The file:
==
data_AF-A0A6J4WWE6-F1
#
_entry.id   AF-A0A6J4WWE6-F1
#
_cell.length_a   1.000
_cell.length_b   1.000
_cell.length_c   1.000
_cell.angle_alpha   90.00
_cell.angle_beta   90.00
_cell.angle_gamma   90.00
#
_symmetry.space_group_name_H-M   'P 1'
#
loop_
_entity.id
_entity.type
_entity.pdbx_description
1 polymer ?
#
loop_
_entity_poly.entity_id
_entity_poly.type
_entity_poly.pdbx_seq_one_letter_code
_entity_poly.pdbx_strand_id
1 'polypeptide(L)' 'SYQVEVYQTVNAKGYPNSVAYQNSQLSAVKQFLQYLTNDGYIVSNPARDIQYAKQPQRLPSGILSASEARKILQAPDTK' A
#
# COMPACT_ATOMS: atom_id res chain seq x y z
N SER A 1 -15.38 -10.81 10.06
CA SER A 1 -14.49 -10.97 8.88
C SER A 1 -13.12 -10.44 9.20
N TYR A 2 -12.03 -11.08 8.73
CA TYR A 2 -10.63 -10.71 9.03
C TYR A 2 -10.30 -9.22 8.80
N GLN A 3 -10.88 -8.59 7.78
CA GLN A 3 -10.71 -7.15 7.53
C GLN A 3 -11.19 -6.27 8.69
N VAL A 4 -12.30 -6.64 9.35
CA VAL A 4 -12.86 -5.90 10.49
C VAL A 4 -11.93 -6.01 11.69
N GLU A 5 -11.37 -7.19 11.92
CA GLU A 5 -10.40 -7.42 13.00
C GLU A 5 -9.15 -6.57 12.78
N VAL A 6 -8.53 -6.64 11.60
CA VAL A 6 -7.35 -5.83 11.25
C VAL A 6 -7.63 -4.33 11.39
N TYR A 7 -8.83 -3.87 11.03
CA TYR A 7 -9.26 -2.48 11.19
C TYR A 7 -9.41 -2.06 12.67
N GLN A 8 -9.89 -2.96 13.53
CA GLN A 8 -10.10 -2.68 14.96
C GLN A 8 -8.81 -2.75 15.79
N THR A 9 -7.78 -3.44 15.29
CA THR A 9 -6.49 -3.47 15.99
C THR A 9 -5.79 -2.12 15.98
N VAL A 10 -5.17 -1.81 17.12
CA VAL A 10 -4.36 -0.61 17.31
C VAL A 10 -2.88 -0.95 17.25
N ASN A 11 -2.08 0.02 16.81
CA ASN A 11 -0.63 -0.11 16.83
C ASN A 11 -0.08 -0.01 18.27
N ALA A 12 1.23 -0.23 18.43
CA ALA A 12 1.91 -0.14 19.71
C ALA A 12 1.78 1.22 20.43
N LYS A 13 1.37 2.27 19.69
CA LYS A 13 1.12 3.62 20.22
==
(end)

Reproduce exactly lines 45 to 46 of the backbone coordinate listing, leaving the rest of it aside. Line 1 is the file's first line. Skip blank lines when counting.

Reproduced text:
C VAL A 6 -7.63 -4.33 11.39
N TYR A 7 -8.83 -3.87 11.03